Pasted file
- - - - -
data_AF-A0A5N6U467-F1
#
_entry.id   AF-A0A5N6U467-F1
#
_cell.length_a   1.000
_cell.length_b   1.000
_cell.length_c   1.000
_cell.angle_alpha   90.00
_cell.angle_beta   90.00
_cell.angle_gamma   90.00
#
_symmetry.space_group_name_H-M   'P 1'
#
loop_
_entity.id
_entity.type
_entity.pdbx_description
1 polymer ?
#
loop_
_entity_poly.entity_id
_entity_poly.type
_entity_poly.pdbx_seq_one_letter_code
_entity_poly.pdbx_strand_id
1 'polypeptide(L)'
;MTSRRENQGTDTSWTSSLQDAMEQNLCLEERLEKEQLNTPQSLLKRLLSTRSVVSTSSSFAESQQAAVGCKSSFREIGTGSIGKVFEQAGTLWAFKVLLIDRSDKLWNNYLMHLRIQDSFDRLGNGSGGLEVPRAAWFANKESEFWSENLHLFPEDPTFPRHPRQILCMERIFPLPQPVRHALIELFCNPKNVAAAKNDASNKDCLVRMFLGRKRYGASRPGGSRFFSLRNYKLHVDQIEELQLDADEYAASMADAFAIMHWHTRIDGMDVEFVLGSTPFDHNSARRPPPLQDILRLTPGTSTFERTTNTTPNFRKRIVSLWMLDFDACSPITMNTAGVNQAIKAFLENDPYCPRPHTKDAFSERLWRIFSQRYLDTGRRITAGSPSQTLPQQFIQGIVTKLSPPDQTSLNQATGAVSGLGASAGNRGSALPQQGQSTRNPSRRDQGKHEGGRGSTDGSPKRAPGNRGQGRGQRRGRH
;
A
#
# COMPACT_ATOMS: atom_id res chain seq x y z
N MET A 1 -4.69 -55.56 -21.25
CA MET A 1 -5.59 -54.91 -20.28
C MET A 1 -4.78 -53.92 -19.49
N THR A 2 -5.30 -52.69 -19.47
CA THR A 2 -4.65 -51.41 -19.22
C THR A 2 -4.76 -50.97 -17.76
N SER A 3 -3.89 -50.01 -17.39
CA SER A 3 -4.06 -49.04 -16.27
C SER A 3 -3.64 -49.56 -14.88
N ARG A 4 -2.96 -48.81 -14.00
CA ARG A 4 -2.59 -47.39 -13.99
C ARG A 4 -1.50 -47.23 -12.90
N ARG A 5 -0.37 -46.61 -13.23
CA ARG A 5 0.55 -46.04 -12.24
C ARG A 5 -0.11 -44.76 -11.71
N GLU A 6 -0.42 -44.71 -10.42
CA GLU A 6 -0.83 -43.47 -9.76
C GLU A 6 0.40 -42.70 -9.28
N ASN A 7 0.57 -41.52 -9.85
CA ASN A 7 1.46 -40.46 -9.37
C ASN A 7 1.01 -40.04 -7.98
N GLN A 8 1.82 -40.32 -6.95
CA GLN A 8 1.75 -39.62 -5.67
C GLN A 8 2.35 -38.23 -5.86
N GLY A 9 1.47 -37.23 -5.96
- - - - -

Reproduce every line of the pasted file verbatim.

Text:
data_AF-A0A5N6U467-F1
#
_entry.id   AF-A0A5N6U467-F1
#
_cell.length_a   1.000
_cell.length_b   1.000
_cell.length_c   1.000
_cell.angle_alpha   90.00
_cell.angle_beta   90.00
_cell.angle_gamma   90.00
#
_symmetry.space_group_name_H-M   'P 1'
#
loop_
_entity.id
_entity.type
_entity.pdbx_description
1 polymer ?
#
loop_
_entity_poly.entity_id
_entity_poly.type
_entity_poly.pdbx_seq_one_letter_code
_entity_poly.pdbx_strand_id
1 'polypeptide(L)'
;MTSRRENQGTDTSWTSSLQDAMEQNLCLEERLEKEQLNTPQSLLKRLLSTRSVVSTSSSFAESQQAAVGCKSSFREIGTGSIGKVFEQAGTLWAFKVLLIDRSDKLWNNYLMHLRIQDSFDRLGNGSGGLEVPRAAWFANKESEFWSENLHLFPEDPTFPRHPRQILCMERIFPLPQPVRHALIELFCNPKNVAAAKNDASNKDCLVRMFLGRKRYGASRPGGSRFFSLRNYKLHVDQIEELQLDADEYAASMADAFAIMHWHTRIDGMDVEFVLGSTPFDHNSARRPPPLQDILRLTPGTSTFERTTNTTPNFRKRIVSLWMLDFDACSPITMNTAGVNQAIKAFLENDPYCPRPHTKDAFSERLWRIFSQRYLDTGRRITAGSPSQTLPQQFIQGIVTKLSPPDQTSLNQATGAVSGLGASAGNRGSALPQQGQSTRNPSRRDQGKHEGGRGSTDGSPKRAPGNRGQGRGQRRGRH
;
A
#
# COMPACT_ATOMS: atom_id res chain seq x y z
N MET A 1 -4.69 -55.56 -21.25
CA MET A 1 -5.59 -54.91 -20.28
C MET A 1 -4.78 -53.92 -19.49
N THR A 2 -5.30 -52.69 -19.47
CA THR A 2 -4.65 -51.41 -19.22
C THR A 2 -4.76 -50.97 -17.76
N SER A 3 -3.89 -50.01 -17.39
CA SER A 3 -4.06 -49.04 -16.27
C SER A 3 -3.64 -49.56 -14.88
N ARG A 4 -2.96 -48.81 -14.00
CA ARG A 4 -2.59 -47.39 -13.99
C ARG A 4 -1.50 -47.23 -12.90
N ARG A 5 -0.37 -46.61 -13.23
CA ARG A 5 0.55 -46.04 -12.24
C ARG A 5 -0.11 -44.76 -11.71
N GLU A 6 -0.42 -44.71 -10.42
CA GLU A 6 -0.83 -43.47 -9.76
C GLU A 6 0.40 -42.70 -9.28
N ASN A 7 0.57 -41.52 -9.85
CA ASN A 7 1.46 -40.46 -9.37
C ASN A 7 1.01 -40.04 -7.98
N GLN A 8 1.82 -40.32 -6.95
CA GLN A 8 1.75 -39.62 -5.67
C GLN A 8 2.35 -38.23 -5.86
N GLY A 9 1.47 -37.23 -5.96